Counting indirect jobs -- such as companies that supply parts or services to the exporters -- the employment total swells to 87,400. St. Louis is the 20th-biggest U.S. metro area for exports based on dollar value and No. 24 based on direct jobs. Not surprisingly, the aircraft industry is St. Louis' export leader. It accounts for 16 percent of the value of goods and services shipped overseas last year, and for 5,400 export-supported jobs.
If your eyes feel funny after watching the solar eclipse even though you wore protective glasses, don't panic.You may have gotten superficial damage on the surface of the eyes, but the not the irreversible retina burns that prompted so many warnings prior to the celestial event viewed by millions. "I know that we got some calls from people who had a burning sensation in their eyes," said Dr. Mujtaba Qazi, ophthalmologist with the Pepose Vision Institute, a local eye care practice.
Helio Castroneves had packed his bags and was planning to return to his home in Brazil during the winter of 1999.His previous open-wheel racing team in CART had gone out of business, and the 23-year-old had not received interest from anyone until getting a call from Carl Hogan, who had just released driver JJ Lehto.That call re-ignited Castroneves’ career, providing what turned out to be a one-year opportunity with St. Louis-based Hogan Racing.
Muck Rack makes it simple to find people, tweets, or articles that mention any name, keyword, company, hashtag etc. We've compiled this guide to help you make the most of your search.
Selecting a term
Start searching tweets, articles from media outlets, articles mentioned in tweets, journalists'
names, titles and bios with some suggested searches:
Companies or Topics (e.g. iPhone, Microsoft)
Phrases (e.g. "cloud computing") — use quotes to keep the terms together
Twitter handles (e.g. @username) — returns those who have mentioned or replied to
Names (e.g. "David Pogue")
Hashtags (e.g. #sxsw, #london2012)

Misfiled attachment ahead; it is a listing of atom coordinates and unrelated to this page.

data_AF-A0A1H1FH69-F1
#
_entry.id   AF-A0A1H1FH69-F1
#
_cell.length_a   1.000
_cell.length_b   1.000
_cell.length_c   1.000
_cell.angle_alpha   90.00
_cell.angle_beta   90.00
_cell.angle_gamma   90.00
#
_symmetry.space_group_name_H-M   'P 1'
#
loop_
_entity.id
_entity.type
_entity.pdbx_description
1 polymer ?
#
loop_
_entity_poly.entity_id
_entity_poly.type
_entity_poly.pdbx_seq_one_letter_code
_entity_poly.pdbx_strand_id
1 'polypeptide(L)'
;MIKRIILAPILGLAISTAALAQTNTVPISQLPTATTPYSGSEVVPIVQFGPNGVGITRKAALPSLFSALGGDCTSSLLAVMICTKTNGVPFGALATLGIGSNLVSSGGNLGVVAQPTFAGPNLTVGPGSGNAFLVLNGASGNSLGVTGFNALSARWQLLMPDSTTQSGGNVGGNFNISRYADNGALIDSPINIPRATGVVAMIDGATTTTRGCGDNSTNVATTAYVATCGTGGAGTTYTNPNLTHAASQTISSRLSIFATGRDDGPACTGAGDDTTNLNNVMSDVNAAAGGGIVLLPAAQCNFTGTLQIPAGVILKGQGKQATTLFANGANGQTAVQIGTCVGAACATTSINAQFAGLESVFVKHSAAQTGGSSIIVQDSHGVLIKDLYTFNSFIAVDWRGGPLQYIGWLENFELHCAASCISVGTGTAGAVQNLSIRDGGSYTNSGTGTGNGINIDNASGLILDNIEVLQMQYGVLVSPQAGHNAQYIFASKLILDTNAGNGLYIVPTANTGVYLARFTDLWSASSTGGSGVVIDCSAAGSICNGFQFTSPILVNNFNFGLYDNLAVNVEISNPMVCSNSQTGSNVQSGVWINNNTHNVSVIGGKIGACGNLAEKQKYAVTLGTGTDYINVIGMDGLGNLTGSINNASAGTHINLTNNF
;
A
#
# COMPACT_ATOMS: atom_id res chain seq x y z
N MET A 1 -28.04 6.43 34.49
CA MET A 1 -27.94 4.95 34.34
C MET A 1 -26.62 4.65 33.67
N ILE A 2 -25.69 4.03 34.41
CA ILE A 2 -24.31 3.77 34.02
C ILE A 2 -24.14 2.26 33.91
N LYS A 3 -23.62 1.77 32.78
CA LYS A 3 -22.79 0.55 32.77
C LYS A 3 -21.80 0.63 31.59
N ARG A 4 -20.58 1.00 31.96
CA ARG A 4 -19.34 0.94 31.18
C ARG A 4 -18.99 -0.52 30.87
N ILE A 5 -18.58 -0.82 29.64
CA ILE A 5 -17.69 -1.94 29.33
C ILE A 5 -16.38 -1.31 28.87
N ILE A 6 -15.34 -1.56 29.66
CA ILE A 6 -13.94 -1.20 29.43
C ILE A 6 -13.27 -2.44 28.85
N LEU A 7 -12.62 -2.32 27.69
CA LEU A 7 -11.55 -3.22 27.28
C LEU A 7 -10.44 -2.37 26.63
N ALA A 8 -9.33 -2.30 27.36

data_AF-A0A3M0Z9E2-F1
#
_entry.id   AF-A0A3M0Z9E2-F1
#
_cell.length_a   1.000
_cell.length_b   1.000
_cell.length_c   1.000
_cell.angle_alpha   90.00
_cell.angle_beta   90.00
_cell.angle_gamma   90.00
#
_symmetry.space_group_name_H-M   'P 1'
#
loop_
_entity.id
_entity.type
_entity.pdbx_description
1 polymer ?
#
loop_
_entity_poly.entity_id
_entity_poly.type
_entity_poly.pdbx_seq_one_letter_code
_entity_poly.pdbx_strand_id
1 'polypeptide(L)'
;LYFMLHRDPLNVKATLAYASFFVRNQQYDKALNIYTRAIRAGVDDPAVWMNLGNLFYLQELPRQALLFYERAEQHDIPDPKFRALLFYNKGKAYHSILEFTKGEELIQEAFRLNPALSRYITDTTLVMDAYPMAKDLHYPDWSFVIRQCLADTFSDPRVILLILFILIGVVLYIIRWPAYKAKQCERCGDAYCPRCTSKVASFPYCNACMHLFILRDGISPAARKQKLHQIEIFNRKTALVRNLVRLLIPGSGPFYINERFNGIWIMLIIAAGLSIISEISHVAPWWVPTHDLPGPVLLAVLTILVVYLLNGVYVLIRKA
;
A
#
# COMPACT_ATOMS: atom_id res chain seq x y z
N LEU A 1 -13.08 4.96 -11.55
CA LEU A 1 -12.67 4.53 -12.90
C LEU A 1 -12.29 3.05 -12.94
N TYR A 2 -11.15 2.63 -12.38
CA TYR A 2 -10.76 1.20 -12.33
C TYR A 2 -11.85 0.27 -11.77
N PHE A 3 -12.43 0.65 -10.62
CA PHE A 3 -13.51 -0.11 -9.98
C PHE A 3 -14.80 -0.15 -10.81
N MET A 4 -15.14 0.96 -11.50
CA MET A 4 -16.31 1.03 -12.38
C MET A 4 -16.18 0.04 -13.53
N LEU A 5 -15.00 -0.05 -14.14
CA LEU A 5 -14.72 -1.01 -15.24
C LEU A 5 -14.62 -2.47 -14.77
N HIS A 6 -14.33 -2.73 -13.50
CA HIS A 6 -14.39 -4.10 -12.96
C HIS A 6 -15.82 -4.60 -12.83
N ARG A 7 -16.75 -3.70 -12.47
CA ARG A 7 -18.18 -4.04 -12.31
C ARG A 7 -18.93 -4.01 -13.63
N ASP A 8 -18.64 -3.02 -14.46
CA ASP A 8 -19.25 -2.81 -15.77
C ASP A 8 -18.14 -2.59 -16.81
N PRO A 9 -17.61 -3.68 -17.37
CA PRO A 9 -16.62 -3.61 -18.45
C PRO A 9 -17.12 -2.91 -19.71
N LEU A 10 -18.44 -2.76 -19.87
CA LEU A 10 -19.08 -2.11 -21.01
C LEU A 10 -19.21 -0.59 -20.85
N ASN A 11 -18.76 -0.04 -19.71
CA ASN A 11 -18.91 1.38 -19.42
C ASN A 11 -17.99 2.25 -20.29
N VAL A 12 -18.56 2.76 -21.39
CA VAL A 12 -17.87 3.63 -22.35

Bio details (e.g. vegan, Olympics, father)
Muck Rack's Advanced Search allows for many boolean operators.
Find results that mention multiple specified terms, use AND or
+. For example, ensure each result contains both Elon Musk and Mark Zuckerberg by
searching Obama AND Romney or Obama + Romney.
Use the operators OR or , to broaden your search when you'd like either of
multiple terms to appear in results. (This is the default behavior of our search when no operators
are used.) For example, search for democrat OR republican to find results that refer to
Democrats and/or Republicans.
Use NOT or - to subtract results from your search. For
example, searching Disney will yield results about the Walt Disney Company as well as Walt Disney
World Resort. To exclude mentions of Disney World, search for Disney -World or Disney
When using one of these operators with a phrase, enclose it in quotation marks. For example, you can
find results about smartphones excluding Apple's iPhone 4S by searching smartphone -"iPhone
Exact case matching or punctuation
If you're searching for a brand name or keyword that relies on specific punctuation marks or capitalization, you can
find results that match your exact query by adding matchcase: before the keyword you're searching for, like matchcase:E*TRADE .
Use parentheses to separate multiple
boolean phrases. For example, to find journalists talking about having fun in Disney World or
Disneyland, search for ("disney world" OR disneyland) AND fun.
An asterisk can be used to search for any variation of a root word truncated by the asterisk. For example, searching for admin* will return results for administrator, administration, administer, administered, etc.
A near operator is an AND operator where you can control the distance between the words. You can vary the distance the near operation uses by adding a forward slash and number (between 0-99) such as strawberries NEAR/10 "whipped cream", which means the strawberries must exist within 10 words of "whipped cream".